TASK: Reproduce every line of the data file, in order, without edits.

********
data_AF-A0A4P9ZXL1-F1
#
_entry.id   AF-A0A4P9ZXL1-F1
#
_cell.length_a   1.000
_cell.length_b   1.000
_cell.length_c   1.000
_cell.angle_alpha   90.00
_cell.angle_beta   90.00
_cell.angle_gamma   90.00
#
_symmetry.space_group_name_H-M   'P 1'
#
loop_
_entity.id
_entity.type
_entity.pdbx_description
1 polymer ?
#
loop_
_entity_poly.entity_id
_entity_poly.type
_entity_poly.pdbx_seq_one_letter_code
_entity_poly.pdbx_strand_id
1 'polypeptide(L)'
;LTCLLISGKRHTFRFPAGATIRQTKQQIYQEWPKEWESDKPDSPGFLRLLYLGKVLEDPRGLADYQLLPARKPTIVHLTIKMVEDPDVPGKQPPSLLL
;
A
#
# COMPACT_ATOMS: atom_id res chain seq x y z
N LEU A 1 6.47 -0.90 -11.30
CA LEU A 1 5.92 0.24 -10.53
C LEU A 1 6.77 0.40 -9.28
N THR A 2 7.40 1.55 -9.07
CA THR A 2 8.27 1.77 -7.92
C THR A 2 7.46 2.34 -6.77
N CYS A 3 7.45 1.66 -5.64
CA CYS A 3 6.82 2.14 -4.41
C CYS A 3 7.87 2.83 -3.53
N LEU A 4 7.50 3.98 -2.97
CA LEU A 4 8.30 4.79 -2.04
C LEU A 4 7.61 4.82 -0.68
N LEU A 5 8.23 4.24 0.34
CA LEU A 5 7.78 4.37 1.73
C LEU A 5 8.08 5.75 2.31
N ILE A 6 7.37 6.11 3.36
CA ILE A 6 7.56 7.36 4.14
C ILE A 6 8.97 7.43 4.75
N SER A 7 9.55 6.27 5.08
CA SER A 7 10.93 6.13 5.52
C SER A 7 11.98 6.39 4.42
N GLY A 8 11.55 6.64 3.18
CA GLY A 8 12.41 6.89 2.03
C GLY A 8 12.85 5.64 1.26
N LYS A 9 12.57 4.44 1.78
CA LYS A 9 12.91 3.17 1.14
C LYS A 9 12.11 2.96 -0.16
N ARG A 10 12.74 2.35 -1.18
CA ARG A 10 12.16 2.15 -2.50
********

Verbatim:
data_AF-A0A4P9ZXL1-F1
#
_entry.id   AF-A0A4P9ZXL1-F1
#
_cell.length_a   1.000
_cell.length_b   1.000
_cell.length_c   1.000
_cell.angle_alpha   90.00
_cell.angle_beta   90.00
_cell.angle_gamma   90.00
#
_symmetry.space_group_name_H-M   'P 1'
#
loop_
_entity.id
_entity.type
_entity.pdbx_description
1 polymer ?
#
loop_
_entity_poly.entity_id
_entity_poly.type
_entity_poly.pdbx_seq_one_letter_code
_entity_poly.pdbx_strand_id
1 'polypeptide(L)'
;LTCLLISGKRHTFRFPAGATIRQTKQQIYQEWPKEWESDKPDSPGFLRLLYLGKVLEDPRGLADYQLLPARKPTIVHLTIKMVEDPDVPGKQPPSLLL
;
A
#
# COMPACT_ATOMS: atom_id res chain seq x y z
N LEU A 1 6.47 -0.90 -11.30
CA LEU A 1 5.92 0.24 -10.53
C LEU A 1 6.77 0.40 -9.28
N THR A 2 7.40 1.55 -9.07
CA THR A 2 8.27 1.77 -7.92
C THR A 2 7.46 2.34 -6.77
N CYS A 3 7.45 1.66 -5.64
CA CYS A 3 6.82 2.14 -4.41
C CYS A 3 7.87 2.83 -3.53
N LEU A 4 7.50 3.98 -2.97
CA LEU A 4 8.30 4.79 -2.04
C LEU A 4 7.61 4.82 -0.68
N LEU A 5 8.23 4.24 0.34
CA LEU A 5 7.78 4.37 1.73
C LEU A 5 8.08 5.75 2.31
N ILE A 6 7.37 6.11 3.36
CA ILE A 6 7.56 7.36 4.14
C ILE A 6 8.97 7.43 4.75
N SER A 7 9.55 6.27 5.08
CA SER A 7 10.93 6.13 5.52
C SER A 7 11.98 6.39 4.42
N GLY A 8 11.55 6.64 3.18
CA GLY A 8 12.41 6.89 2.03
C GLY A 8 12.85 5.64 1.26
N LYS A 9 12.57 4.44 1.78
CA LYS A 9 12.91 3.17 1.14
C LYS A 9 12.11 2.96 -0.16
N ARG A 10 12.74 2.35 -1.18
CA ARG A 10 12.16 2.15 -2.50